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Maybe Baby: The Lowdown on Postpartum Pelvic Health

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(Photo: iStock)

If you’re pregnant or have recently delivered a baby, you’ve probably been focusing on many aspects of your health: eating well, exercising, getting proper rest, drinking enough water and taking your prenatal vitamins religiously. However, there’s one major health element many women overlook: their pelvic floor.

Pregnancy and childbirth creates a major musculoskeletal change to the body,” explains Sara Underhill Macmillan, PT, DPT at Saint Thomas Health. “The body goes through a lot of changes in a relatively short period of time, whether you had a C-section or a vaginal delivery."

Alarmingly, many new moms mistakenly believe that their postpartum pelvic floor symptoms are just part of the “new normal” and they just have to learn to live with it. Sadly, many times their complaints are dismissed by both doctors and society, and they never get the answers they’re searching for. 

If you’re not totally sure what your pelvic floor does, you’re not alone; many women aren’t familiar with this sling of muscles that are located from your pubic bone back to your tailbone.

“These muscles are about four inches thick and make up the wall of your vagina and rectum as well as support your bladder and urethra,” Macmillan explains. “They are very important in sexual function. Additionally, the pelvic floor muscles make up part of your core. They work with your deep abdominal muscles and low back muscles to stabilize your body and your spine as well as assisting in holding your organs in place."

Who is at risk?

Since pelvic floor muscles are very much like any other muscle group in your body, they can get tight and painful and they can also become weak. “Pelvic floor dysfunction can happen to any woman at any stage of life,” Macmillan says, clearing up the misconception that this issue only affects older women or women who have had babies. “It can occur due to a low back or hip injury, hormonal changes, or even a change in activity level. In regards to child birth, the muscles may be weak after giving birth, or the muscles might become painful due to the way a scar has healed.” Macmillan says that even a C-section scar can create pain and tightness in the pelvic floor.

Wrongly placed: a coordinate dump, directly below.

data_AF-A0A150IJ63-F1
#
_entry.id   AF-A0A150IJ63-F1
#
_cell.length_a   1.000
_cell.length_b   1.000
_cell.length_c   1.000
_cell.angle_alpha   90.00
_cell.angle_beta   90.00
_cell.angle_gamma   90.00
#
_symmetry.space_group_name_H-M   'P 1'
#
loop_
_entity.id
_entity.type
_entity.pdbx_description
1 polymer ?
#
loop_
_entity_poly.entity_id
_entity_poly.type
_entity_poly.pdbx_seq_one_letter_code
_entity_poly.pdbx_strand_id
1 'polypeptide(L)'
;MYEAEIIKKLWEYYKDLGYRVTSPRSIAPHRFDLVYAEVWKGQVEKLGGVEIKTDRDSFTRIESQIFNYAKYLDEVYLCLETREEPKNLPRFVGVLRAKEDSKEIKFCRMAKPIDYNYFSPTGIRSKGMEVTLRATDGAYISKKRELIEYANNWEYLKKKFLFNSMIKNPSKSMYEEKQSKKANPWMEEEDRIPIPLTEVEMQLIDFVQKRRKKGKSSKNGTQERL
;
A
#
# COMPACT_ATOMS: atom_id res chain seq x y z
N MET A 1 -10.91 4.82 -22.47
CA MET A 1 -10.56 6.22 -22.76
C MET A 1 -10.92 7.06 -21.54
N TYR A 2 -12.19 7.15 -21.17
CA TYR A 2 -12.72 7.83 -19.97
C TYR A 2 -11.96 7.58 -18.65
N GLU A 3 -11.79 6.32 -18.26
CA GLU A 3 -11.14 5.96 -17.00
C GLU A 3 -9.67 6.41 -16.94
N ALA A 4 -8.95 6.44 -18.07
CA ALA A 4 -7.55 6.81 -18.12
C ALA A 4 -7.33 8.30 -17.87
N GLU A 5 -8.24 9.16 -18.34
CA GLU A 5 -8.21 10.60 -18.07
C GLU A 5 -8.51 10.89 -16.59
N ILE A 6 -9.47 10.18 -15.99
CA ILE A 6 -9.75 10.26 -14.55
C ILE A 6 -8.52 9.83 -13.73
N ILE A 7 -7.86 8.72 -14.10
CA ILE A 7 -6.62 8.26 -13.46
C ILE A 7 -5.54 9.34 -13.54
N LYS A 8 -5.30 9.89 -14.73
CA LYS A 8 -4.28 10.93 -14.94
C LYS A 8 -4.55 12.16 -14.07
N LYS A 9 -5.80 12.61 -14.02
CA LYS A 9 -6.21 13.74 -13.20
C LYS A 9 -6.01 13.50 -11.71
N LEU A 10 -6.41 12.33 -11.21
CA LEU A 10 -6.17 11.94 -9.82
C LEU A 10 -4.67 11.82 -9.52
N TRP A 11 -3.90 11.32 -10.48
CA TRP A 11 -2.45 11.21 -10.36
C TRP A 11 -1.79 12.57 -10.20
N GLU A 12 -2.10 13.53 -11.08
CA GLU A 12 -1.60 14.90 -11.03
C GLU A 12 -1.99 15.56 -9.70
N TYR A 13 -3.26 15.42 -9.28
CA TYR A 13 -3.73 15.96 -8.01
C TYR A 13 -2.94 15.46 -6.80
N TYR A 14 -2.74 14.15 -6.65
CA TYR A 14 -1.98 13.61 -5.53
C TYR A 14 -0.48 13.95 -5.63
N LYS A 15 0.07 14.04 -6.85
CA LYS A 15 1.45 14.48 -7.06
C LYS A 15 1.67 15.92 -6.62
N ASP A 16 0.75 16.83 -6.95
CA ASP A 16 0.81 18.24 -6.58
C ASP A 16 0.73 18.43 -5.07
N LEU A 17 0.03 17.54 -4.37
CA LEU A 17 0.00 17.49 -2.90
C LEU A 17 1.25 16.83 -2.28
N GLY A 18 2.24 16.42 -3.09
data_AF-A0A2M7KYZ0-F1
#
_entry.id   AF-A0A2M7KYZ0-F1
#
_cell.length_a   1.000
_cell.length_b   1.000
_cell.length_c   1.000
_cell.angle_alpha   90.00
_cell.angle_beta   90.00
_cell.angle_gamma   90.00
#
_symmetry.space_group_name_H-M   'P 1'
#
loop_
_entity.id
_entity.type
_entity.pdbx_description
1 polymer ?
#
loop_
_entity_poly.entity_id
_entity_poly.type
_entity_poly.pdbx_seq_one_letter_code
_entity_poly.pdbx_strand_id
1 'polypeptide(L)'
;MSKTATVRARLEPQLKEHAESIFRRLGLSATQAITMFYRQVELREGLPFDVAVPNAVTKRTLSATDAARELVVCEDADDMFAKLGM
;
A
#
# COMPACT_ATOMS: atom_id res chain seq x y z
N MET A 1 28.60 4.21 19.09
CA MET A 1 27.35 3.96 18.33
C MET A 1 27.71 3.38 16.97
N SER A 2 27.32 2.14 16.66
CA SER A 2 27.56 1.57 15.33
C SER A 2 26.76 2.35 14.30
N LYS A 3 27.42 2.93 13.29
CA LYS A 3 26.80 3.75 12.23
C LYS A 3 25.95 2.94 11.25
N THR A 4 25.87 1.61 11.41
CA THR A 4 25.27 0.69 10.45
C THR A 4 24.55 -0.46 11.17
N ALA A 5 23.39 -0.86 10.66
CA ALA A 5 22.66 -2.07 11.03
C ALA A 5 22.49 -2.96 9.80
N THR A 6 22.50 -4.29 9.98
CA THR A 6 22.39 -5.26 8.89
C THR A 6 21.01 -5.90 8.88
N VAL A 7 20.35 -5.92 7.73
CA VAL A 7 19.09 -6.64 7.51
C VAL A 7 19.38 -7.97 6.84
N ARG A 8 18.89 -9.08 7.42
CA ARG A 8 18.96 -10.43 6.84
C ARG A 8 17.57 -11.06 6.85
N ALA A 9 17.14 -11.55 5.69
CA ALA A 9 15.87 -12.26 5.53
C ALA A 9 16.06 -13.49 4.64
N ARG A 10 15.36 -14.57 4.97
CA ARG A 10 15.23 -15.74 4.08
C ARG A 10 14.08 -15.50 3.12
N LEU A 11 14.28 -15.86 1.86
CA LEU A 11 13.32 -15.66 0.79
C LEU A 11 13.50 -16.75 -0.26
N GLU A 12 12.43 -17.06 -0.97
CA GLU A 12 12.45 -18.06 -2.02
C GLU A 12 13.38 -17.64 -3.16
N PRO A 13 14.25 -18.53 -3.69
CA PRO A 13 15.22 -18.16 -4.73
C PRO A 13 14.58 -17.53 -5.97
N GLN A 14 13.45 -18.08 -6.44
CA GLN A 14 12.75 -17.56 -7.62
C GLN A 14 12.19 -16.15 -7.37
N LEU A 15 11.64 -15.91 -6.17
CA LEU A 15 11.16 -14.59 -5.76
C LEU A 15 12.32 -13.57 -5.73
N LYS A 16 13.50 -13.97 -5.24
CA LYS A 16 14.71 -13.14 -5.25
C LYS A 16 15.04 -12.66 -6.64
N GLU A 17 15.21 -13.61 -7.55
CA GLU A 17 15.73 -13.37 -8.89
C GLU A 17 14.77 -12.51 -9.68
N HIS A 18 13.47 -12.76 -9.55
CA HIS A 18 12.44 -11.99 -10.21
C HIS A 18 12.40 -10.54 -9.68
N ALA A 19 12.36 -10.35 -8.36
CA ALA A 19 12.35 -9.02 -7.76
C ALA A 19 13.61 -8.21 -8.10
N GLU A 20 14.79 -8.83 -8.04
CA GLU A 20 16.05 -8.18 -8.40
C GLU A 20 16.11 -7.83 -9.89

Symptoms and Treatment

So what signs and symptoms should postpartum moms be aware of? Macmillan says if a woman is struggling with incontinence, pelvic pain or pressure after delivery or pain with intercourse, she may be dealing with pelvic floor dysfunction. 

When it comes to treatment, it’s a complicated answer; treatment for pelvic floor dysfunction varies according to the problem. “Pelvic floor muscles should be treated by a pelvic floor physical therapist. They evaluate the muscles and let the person know what they specifically need,” Macmillan says. “A good strengthening program may need to be given if the primary problem is weakness. In other cases, the focus may need to be on relaxation, stretching, and balancing of the pelvis to decrease pain. A lot of education is always necessary in order to completely heal.”

Prevention

There are some things you can do to lessen your risk. Macmillan says you should be paying attention to your kegels, especially while pregnant. “Good kegel or pelvic floor strength is important for supporting your body during pregnancy and recovering after delivery.”

Macmillan believes every woman who has had a baby would benefit from seeing a physical therapist after delivery, even if she isn’t having any symptoms. “The physical therapist can educate you on how strengthen correctly, your pelvic floor and abdominal wall, or assist you in decreasing any pain you may have. She can also give skilled advice on how to use their body to prevent problems in the future.”

To find a local pelvic floor physical therapist, Macmillan recommends Section on Women's Health or Herman & Wallace Pelvic Rehabilitation Institute.